CnP: But it's hard to trace the origins now, so much time passed. I've read that the castle dates back to the 8th century and that three Longobard brothers donated Tornano to a local monastery and that the castle had turbulent times under Frederick Barbarossa.
CT: True. There seems to be a document dated the 8th century which states that – as you've rightly said - three brothers Atroald, Adonald, Adopald gave Tornano to a Monastery in Ripoli (Florence), that was founded by their great-grandfather called Adonald (we can't really say that these Longobards had great imagination in giving names!).

Then there's also data that both Tornano and nearby Campi were two castles belonging to Warnellottus from Tornano. In January 1167 it became rather complicated. Emperor Fredrick Barbarossa dispossessed Warnellottus of all his rights of ownership of his castles because he was found guilty of capturing an imperial messenger. The emperor gave these castles to his general Ranieri of Berlingero. And what did Ranieri do? He never pushed anyone to sell these possessions, as he was… a relative of Warnellottus, as they were both descendants of the Firidolfi family; but who wasn't?
CnP: Nepotism – this is what people call it these days. The castle was severely damaged later on, wasn't it? Did it happen during a siege or just because it was neglected and locals disassembled it brick by brick?
CT: It was simple and difficult at the same time – as always was the case in the Middle Ages. The lands were contested between Florence and Siena and the lords back then sometimes changed colors easily. Warnellottus did just that. Then during the devastating Aragon invasions in the 15th century Tornano lived up to its fame of impregnable place, held the invaders at bay and never surrendered, whereas most of the castles in our Chianti area were badly damaged or destroyed.

A hundred years later Charles V committed himself to fighting the Republic of Florence to restore the Medici family on the throne. His troops made up of Spaniards and Landsknechts invaded the Chianti area with Siena's troops following suite and caused a lot of damage.
There is a trap door in the cellar created in the old prison. People used to say that the stains on the wall were caused by the blood of prisoners thrown inside.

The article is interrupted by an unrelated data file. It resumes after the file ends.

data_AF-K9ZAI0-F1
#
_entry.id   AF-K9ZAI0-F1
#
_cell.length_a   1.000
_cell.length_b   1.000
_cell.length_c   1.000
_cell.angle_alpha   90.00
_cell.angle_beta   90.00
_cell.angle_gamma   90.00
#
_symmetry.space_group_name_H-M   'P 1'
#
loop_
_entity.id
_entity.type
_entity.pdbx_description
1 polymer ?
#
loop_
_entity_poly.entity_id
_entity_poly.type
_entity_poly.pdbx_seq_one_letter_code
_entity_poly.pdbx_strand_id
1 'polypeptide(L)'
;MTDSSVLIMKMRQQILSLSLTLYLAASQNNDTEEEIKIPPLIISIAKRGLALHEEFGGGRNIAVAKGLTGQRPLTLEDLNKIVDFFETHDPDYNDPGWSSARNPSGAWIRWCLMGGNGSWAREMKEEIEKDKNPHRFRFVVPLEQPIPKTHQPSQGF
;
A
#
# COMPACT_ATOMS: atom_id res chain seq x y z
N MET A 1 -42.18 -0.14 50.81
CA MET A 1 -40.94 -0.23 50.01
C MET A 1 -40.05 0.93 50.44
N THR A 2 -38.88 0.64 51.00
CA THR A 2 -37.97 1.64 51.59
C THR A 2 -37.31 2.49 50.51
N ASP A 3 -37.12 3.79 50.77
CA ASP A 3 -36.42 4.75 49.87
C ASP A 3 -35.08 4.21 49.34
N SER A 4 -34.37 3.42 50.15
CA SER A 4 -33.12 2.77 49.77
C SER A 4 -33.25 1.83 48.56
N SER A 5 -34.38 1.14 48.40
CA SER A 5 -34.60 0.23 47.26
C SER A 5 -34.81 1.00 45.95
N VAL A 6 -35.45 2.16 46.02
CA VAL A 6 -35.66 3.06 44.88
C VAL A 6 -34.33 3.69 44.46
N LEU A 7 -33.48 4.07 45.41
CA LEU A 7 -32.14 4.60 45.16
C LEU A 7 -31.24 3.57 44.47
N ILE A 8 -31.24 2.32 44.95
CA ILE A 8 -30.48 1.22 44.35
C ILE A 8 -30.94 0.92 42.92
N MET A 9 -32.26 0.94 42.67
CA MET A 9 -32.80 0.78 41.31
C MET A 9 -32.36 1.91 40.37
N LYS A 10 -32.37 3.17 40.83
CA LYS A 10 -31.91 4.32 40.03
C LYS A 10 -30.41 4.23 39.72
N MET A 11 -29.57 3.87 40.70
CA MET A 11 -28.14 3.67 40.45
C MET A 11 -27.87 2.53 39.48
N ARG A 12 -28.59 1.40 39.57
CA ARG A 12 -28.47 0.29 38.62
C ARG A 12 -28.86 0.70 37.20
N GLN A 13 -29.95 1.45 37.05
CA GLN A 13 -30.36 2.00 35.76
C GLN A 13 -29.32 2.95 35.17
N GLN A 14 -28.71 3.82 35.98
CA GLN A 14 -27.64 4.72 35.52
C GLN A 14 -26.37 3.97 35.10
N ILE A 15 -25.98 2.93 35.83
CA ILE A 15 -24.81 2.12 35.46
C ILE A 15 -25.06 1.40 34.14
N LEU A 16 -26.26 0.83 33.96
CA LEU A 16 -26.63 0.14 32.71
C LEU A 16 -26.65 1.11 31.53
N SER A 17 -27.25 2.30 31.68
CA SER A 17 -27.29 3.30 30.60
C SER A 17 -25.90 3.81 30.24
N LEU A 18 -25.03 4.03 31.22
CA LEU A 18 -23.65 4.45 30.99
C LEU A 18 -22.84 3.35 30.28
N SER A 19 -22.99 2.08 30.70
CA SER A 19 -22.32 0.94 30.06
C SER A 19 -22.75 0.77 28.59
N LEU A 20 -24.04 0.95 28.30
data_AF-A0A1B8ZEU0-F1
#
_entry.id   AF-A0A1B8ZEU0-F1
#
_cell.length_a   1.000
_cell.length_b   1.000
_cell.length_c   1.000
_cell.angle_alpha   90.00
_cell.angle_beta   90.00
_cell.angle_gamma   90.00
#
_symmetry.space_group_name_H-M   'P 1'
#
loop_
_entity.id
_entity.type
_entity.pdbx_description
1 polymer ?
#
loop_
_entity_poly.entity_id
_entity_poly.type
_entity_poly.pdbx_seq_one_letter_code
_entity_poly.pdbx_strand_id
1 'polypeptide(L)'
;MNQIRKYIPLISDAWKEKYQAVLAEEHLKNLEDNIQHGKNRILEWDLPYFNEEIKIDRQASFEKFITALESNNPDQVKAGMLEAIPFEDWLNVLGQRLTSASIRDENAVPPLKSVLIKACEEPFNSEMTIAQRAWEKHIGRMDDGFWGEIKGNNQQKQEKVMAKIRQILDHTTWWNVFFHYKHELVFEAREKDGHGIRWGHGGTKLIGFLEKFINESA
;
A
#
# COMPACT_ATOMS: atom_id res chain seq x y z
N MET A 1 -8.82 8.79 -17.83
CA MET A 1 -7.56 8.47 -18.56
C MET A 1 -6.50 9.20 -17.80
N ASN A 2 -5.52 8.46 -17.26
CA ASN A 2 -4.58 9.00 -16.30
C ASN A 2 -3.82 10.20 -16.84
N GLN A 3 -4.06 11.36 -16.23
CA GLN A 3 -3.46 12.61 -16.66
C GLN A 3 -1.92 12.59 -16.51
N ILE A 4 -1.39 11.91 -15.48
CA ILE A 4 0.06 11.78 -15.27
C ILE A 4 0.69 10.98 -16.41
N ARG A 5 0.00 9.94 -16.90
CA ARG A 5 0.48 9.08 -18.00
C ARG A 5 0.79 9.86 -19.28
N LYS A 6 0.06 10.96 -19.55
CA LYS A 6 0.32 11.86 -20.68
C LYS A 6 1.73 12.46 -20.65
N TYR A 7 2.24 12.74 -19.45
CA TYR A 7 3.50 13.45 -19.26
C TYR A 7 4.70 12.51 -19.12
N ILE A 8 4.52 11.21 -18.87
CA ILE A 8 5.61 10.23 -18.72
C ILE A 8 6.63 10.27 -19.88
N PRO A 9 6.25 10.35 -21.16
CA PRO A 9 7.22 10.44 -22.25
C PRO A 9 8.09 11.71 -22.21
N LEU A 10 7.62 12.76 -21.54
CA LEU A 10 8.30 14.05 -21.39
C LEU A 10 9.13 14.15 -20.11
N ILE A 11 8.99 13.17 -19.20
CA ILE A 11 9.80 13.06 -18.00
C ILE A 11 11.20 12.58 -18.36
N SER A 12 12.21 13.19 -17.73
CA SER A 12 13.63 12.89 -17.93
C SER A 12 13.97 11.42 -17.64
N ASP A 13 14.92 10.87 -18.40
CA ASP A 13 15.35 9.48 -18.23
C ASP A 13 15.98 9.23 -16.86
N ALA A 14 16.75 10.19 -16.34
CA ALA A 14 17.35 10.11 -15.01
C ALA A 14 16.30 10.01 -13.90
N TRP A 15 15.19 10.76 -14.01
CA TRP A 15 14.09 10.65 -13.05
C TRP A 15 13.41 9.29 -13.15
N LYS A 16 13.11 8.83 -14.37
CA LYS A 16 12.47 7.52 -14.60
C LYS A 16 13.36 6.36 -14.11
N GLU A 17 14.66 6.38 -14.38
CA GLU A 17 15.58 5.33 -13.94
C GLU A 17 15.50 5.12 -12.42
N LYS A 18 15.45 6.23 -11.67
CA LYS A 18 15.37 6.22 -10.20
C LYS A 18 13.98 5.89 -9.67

CnP: Thanks for this insight into the castle history. I've read that one of the castle gems is its swimming pool in the moat! Could you tell me about how it came into being?
CT: During the renovation done by the father in the 70's they discovered a piece of the antic walls and the moat. This is when the decision was taken to transform the moat into a swimming pool.
CnP: What's the most difficult thing in running your castle or any castle in principle?
CT: Running a luxury hotel (with all the comforts it is supposed to have) in a monument protected by the Ministry of Fine Arts makes it very difficult to conduct interventions each time we need to mend something. And the expenses to run and maintain it are high, too.

CnP: Why should I opt in favor of staying at your castle? What's so special about it?
CT: It is obviously the most beautiful castle in Chianti !:) Moreover, if you come to our castle you will feel like a king! We have 11 luxurious rooms in the castle and 5 in the farmhouse, with high ceilings and exposed beams, embellished with drapes, furnished with period pieces, and travertine and marble bathrooms. Each one has unique colors and furnishing. We also have 5 Tuscan rustic style apartments in the farmhouse for 2 or 4 guests. Each has its own private front door and private outdoor area (a balcony or a patio). An additional independent barn is just 50 meters from the castle, with a large private garden, heated outdoor jacuzzi for 4 people, BBQ, and spectacular views of the castle. All rooms have AC, digital TV, a safe, complimentary toiletries set with toweling slippers, high quality towels, hairdryer, kettle and/or espresso coffeemaker. We can accommodate 52 guests (or 60 with extra beds).